To meet future growth for these amino acids, Evonik developed a second-generation whole-cell biocatalytic process. LeuDH whole-cell catalysts with FDH and also glucose dehydrogenase (GDH) for cofactor regeneration have been constructed and tested. Because of the approximately 50-fold specific activity of GDH, this second approach has turned out to be much more efficient. A pilot production of L-neopentylglycine was run on multi-10-kg scale at an approximately 50 g/L substrate concentration with a whole-cell LeuDH/GDH biocatalyst reaching > 95% conversion within one day and an optical purity > 99.8% ee. The starting material a-ketoacid is easily accessible through condensation of pivalaldehyde with hydantoin and successive hydrolysis.
The hydantoinase platform
The hydantoinase process was introduced in the 1970s for producing D-amino acids such as D-phenylglycine and p-OH-phenylglycine (7). Today, > 1000 tons of each of these amino acids are produced annually. They are used as side chains for the -lactame antibiotics ampicillin and amoxicillin.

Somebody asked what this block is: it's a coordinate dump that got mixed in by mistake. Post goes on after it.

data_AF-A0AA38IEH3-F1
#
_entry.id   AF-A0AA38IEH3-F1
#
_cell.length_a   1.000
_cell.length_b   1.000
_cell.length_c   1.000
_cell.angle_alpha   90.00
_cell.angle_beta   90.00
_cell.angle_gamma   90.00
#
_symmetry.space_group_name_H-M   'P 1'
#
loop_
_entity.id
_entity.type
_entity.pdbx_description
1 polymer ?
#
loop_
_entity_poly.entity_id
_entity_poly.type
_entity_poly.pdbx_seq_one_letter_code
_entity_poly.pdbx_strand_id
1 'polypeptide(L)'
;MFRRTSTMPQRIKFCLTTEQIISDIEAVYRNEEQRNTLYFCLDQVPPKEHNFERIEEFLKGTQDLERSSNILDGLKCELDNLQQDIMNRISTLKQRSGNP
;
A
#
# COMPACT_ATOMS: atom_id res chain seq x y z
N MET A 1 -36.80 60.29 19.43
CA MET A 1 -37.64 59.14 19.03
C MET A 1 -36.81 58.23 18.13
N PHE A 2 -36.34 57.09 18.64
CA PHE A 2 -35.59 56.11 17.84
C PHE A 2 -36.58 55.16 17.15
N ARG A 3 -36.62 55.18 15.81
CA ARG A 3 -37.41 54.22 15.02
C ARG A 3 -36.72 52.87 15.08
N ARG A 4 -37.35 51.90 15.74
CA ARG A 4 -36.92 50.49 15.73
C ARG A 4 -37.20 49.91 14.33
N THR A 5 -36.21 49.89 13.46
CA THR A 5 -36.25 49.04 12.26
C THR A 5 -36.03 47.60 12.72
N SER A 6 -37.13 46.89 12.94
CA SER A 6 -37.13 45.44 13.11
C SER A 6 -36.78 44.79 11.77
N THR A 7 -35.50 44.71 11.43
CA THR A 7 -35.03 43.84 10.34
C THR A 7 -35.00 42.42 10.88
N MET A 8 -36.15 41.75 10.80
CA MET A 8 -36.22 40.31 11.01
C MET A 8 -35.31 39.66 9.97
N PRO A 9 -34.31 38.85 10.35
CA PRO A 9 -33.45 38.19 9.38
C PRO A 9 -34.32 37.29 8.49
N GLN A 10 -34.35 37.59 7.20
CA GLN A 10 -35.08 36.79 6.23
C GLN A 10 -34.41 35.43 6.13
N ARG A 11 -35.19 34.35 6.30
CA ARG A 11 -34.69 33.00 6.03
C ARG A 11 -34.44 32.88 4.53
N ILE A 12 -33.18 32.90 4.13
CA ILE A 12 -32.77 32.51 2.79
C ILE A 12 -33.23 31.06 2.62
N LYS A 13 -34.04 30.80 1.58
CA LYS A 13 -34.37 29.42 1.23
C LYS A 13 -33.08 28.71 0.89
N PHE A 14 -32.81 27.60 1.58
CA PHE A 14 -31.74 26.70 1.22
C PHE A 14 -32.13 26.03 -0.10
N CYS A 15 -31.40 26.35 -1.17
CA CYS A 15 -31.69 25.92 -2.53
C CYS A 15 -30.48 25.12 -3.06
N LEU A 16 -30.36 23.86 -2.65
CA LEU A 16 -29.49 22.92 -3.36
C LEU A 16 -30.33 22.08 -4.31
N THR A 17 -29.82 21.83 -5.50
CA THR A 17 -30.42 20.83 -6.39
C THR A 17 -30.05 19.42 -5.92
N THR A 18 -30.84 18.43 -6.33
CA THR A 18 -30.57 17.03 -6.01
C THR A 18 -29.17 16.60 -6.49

Figure 1 (ALL FIGURES AND TABLES ARE COURTESY OF EVONIK.)
The D-hydantoinase process (see Figure 1) is an excellent example of a dynamic kinetic resolution process. As 5'-monosubstituted hydantoins racemize spontaneously or enzyme-catalyzed under conditions used for biotransformation, a 100% yield of optically pure D- or L-amino acid can be reached (8, 9). Another advantage of the hydantoinase route is that racemic 5'-monosubstituted hydantoins can be easily synthesized from cheap starting materials through the reactions shown in Figure 2. In addition, if the decarbamoylation step is done enzymatically, carbamoylases waste and by-product formation is extremely low (CO2 and NH4 are the only by-products), which is also advantageous in the product-isolation step. All these features make the hydantoinase route very attractive for the industrial production of optically pure artificial amino acids (10). To date, low space-time yields and high biocatalyst costs prevent the production of L-amino acids based on the hydantoinase process (11–13).